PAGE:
Shiho Fukada/The New York Times

Applicants in the Fall 2026 admissions cycle will be required to submit standardized test scores.

April 29, 2024

An Inside Look Into How Cornell’s Test-Optional and Test-Blind Policy Affected Applicants

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On April 22, Cornell announced its reinstatement of standardized testing requirements for Fall 2026 first-year applicants despite continuing the current suspension of the policy for the Fall 2025 admissions cycle.

The reinstatement follows similar moves from peer institutions including Harvard, Yale, Dartmouth and Brown, which all will require Fall 2025 applicants to submit standardized test scores.

The Fall 2026 admissions cycle will be the first for Cornell to require test scores since the requirement was originally suspended in April 2020 due to the COVID-19 pandemic. The University stated in 2021 that it had entered a two-year “deliberate experimental review” to guide admissions on future standardized testing policies. 

In Spring 2023, a task force led by the school administrators, professors and faculty members explored the impact of removing the testing requirements on the Class of 2025 and 2026. Reported by Cornell’s Office of Institutional Research and Planning, a summary of the key findings complemented the latest reinstatement, which argues that students admitted with reported test scores show better academic performance than students admitted without scores.

To further explore the impact of the testing requirement suspension, The Sun sourced admission data from the Common Data Set and several colleges’ admissions offices to identify trends for students admitted to and enrolled in the University and other Ivy League colleges.

Without testing requirements, the proportion of enrolled students submitting SAT or ACT scores respectively dropped by more than one-third. While around 70 percent of enrolled students at Cornell submitted SAT scores in the years preceding the COVID-19 pandemic, the percentage dropped to 41 percent for the Class of 2025 and then remained at a similar level of 43 percent for the Class of 2026 and 42 percent for the Class of 2027. Similarly, ACT submissions greatly declined during the test-optional period, decreasing from about 40 percent to less than 20 percent after the Fall 2021 admissions cycle.

This declining trend in submitted scores is consistent among all Ivy League colleges. However, Cornell has seen the largest decline in the proportion of enrolled students with SAT submissions. It had the highest percentage of enrolled students submitting SAT before the COVID-19 pandemic but the lowest thereafter. Brown and the University of Pennsylvania are two other Ivy League universities with large submission declines.

While the proportion of Cornellians who reported scores declined, those who did submit SAT scores in their application during the test-optional period have stronger scores overall. The middle 50 percent range of submitted SAT scores to Cornell slid from 1410-1530 for the Class of 2024 to 1480-1550 for the Class of 2027. The range shrunk from 120 to 70, with the 25th percentile increasing by 70 points.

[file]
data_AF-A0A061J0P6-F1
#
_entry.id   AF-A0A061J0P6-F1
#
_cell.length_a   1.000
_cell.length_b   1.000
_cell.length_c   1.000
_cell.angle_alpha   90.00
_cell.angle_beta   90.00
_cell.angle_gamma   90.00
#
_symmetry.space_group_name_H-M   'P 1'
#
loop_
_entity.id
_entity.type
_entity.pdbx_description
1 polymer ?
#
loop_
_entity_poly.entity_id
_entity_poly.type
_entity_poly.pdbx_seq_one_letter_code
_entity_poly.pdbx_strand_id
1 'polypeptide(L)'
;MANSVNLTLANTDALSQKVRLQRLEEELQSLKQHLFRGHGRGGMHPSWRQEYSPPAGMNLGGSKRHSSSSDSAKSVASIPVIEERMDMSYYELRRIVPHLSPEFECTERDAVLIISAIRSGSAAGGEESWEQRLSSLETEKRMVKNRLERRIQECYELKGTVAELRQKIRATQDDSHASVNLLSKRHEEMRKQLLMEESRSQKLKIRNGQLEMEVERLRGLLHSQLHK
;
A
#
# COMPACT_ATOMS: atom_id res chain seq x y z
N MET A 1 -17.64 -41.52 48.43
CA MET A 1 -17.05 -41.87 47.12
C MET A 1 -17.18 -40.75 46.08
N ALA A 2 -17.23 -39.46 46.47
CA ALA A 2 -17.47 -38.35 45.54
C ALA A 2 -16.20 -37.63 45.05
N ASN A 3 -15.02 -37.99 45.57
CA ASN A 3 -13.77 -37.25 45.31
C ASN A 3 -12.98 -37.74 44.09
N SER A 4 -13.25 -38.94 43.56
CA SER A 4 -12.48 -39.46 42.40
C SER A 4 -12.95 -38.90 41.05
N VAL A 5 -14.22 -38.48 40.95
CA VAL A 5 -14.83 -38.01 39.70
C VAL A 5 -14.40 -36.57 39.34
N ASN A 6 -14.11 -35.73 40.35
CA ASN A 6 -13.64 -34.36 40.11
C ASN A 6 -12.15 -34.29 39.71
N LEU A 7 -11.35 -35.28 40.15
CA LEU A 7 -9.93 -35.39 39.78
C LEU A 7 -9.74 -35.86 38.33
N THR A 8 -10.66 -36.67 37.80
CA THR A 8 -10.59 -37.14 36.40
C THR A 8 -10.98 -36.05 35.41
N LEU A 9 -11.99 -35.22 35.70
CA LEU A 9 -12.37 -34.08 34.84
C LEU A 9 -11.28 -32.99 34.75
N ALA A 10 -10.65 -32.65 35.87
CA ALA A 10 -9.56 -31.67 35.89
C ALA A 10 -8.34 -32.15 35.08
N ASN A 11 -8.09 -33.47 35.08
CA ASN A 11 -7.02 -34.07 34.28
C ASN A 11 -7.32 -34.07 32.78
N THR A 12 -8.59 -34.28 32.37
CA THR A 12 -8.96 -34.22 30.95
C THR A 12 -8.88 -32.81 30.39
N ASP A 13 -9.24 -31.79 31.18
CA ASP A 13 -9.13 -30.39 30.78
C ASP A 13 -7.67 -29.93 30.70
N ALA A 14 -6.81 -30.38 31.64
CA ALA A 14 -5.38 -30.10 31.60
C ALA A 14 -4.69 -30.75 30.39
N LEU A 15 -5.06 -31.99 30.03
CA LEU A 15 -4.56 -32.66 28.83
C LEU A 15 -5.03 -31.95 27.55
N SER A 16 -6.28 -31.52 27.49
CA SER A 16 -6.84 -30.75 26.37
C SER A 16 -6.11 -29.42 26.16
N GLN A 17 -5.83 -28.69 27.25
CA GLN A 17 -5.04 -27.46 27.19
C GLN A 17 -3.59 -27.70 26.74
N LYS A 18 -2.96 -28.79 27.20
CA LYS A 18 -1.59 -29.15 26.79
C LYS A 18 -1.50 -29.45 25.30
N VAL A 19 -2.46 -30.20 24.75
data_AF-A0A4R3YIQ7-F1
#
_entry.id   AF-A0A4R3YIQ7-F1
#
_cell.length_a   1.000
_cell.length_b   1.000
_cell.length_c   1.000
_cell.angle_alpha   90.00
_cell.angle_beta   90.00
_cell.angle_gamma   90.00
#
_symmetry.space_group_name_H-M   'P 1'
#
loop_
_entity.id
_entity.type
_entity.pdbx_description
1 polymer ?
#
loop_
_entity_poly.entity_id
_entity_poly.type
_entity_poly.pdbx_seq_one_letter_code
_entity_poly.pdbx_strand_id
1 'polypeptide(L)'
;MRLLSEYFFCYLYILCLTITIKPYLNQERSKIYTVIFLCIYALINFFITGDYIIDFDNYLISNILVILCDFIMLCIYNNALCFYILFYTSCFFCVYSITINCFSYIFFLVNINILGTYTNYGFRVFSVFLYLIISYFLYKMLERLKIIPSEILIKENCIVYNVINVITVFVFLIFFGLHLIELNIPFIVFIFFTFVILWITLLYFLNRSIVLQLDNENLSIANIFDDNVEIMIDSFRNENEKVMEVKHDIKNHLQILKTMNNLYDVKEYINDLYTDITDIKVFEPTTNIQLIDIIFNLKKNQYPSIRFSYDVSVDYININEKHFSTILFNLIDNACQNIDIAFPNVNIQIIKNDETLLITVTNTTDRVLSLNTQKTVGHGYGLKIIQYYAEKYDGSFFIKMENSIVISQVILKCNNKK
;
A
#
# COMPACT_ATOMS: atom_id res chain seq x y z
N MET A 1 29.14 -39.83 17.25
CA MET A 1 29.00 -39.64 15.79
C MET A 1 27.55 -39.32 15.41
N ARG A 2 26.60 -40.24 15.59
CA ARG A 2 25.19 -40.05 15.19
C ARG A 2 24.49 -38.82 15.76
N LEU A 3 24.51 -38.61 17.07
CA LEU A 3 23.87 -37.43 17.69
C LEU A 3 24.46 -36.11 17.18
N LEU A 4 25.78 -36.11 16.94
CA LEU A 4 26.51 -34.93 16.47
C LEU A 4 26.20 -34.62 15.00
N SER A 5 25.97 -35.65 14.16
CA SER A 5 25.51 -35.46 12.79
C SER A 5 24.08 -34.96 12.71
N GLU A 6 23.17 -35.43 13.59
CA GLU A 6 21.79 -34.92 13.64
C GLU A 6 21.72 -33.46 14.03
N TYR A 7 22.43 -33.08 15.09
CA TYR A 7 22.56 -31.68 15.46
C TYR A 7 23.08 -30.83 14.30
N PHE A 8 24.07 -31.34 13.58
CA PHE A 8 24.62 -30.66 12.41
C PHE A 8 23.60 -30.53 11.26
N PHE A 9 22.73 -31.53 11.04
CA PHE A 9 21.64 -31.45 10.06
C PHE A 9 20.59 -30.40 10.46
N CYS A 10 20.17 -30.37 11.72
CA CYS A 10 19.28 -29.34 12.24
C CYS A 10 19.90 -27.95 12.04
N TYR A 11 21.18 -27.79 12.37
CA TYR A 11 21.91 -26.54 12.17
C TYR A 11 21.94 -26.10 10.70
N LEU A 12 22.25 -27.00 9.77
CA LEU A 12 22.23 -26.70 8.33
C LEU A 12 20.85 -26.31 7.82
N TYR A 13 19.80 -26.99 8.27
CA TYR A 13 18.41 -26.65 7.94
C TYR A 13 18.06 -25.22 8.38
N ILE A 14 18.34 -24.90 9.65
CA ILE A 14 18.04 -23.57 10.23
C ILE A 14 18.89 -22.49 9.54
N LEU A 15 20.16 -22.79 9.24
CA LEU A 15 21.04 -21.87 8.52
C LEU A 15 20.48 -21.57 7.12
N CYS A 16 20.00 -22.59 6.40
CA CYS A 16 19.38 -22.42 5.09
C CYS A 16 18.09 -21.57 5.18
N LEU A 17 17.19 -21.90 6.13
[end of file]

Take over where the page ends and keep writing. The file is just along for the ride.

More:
These range changes indicate that students enrolling at Cornell after the requirement suspension submitted scores that are higher but less diverse. This trend echoes the Office of Institutional Research and Planning’s report that claims recent students who did not submit their SAT scores tended to have lower scores than those who submitted. Self-reported SAT scores from the New Student Survey for the Class of 2026 show that more than 60 percent of SAT scores submitted for the class’s admission were above 1500.

When comparing across Ivy League universities, the trend of stronger and less diverse reported SAT scores exists for all Ivy League schools. No matter if compared before or after removing the testing requirement, enrolled Cornell students have relatively lower 25 and 75 percentile scores compared with other schools.

The impact of submitting test scores on acceptance is far from negligible. While fewer than 30 percent of Cornell applicants submitted SAT or ACT scores, more than 40 percent of students accepted by Cornell and about half of enrolled students submitted their scores from the Classes of 2025 to 2027. However, this difference is not as significant in test-blind colleges — including the College of Agriculture and Life Sciences; the College of Architecture, Art and Planning and the S.C. Johnson College of Business.

As explained in the Office of Institutional Research and Planning report, this difference may be attributed to the fact that applicants with stronger standardized scores are more likely to have strong application profiles overall and are thus more likely to be admitted.

The data above does not reveal many nuanced factors relevant to the suspension’s impact. According to the Office of Institutional Research and Planning’s report, The 2022 New Student Survey revealed that students’ decisions to submit standardized test scores were shaped by socio-economic factors including the type of high school, family income and access to and use of application guidance counselors.

Among students who scored above 1400 on the SAT, only 62 percent of Black students submitted their scores compared to 74 percent for White students and 79 percent for Asian students.

According to an April 22 University announcement, Cornell’s reinstatement of test requirements is based on evidence that students from underrepresented socioeconomic backgrounds may choose to withhold scores that are below Cornell’s average overall but would advantage them in Cornell’s admissions process once contextualized. The decision to reintroduce test requirements thus intends to increase diversity in the student body.